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Maritime Studies

, Volume 18, Issue 3, pp 305–319 | Cite as

From household business to shareholding companies—impacts on gender relations and influence in fisheries and fish farming in northern Norway

  • Liv Toril PettersenEmail author
Research
Part of the following topical collections:
  1. (En)Gendering Change in Small-scale Fisheries and Fishing Communities in a Globalized World

Abstract

The purpose of the article is to highlight the nature of the structural changes in fishing and fish farming in northern Norway and to explain how these changes are related to changes within family business. The article examines changes in the role of the household, the wider family, and gender in business through an analysis of qualitative studies conducted during a period of 20 years. Great changes in industrial conditions have had impacts on the organisation of the fishing- and fish-farming businesses, from privately owned small-scale household-based production to larger shareholding companies. The household is no longer the productive unit, with some exceptions in small-scale fishing. However, family ownership is still important in both industries, and the family influences decisions of the business in different ways. The changes in the organisation of business activities also have consequences for gender relations and women’s role both in fishing and fish farming. Women’s traditional role as flexible workers in household businesses is only maintained in smaller businesses that are run by ‘husband and wife’ as a team. However, women still contribute as advisers and supporters for their husbands fishing activities, but women are seldom direct owners of the boat. Exceptionally, women take part in fishing as registered fishers. In fish farming, women may act as professional partners, employees, owners, board members, or managers.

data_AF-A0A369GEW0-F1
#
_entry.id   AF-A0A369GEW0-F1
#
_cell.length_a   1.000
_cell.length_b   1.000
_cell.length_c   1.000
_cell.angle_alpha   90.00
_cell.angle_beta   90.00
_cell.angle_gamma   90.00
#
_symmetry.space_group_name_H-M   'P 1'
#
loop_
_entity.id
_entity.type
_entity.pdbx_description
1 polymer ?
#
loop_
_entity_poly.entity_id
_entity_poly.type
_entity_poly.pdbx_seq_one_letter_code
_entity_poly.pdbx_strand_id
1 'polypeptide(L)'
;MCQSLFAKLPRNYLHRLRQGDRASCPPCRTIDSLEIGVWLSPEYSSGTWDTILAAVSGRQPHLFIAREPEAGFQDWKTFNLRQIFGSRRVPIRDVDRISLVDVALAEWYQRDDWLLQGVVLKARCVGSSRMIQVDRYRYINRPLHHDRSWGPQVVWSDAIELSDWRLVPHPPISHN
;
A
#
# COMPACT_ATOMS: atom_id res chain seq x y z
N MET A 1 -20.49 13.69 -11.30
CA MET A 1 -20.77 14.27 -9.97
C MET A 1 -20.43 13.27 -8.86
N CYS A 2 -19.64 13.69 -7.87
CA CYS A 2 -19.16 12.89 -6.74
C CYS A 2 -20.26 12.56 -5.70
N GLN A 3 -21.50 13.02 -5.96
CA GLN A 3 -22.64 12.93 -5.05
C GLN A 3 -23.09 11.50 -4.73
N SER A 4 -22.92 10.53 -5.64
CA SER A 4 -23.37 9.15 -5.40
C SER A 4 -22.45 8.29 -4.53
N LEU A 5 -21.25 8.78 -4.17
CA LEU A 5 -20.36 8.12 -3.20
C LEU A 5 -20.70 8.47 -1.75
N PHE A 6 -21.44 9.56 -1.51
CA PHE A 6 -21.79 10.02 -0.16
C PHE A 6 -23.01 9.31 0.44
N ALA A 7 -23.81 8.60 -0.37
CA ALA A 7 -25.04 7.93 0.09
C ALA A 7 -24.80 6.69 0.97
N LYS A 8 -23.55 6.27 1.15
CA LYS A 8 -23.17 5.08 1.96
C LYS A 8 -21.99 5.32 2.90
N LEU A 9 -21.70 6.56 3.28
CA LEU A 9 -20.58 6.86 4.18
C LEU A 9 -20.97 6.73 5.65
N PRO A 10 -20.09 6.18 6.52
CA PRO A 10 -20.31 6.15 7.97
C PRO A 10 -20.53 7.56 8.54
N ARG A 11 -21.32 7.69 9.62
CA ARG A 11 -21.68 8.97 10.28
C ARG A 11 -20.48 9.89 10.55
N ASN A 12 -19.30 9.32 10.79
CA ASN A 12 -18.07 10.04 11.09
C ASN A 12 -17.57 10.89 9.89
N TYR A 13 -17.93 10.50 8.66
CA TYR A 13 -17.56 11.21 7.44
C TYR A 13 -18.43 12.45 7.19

Keywords

Gender relations Household business Fish farming Fishing 

Notes

Acknowledgements

I thank my supervisor Audun Sandberg, at Nord University, as well as Siri Gerrard and Katia Frangoudes, who commented on earlier drafts of the article. I also thank two anonymous reviewers of MAST for their comments and Catriona Turner for editing the language.

Funding

The article is based on data from the author’s doctoral thesis project at Nord University and is funded by Nord University. The research builds on results from a number of projects carried at Nordland Research Institute, which were funded by Nordland Fylkeskommune (Nordland County Administration) and Fiskerinæringens Kvinneutvalg (the Council for Women in the Fishery Industry). Nord University supported the writing of this article.

Compliance with ethical standards

Conflict of interest

The author declares that there is no conflict of interest.

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Authors and Affiliations

  1. 1.Nord UniversityBodøNorway

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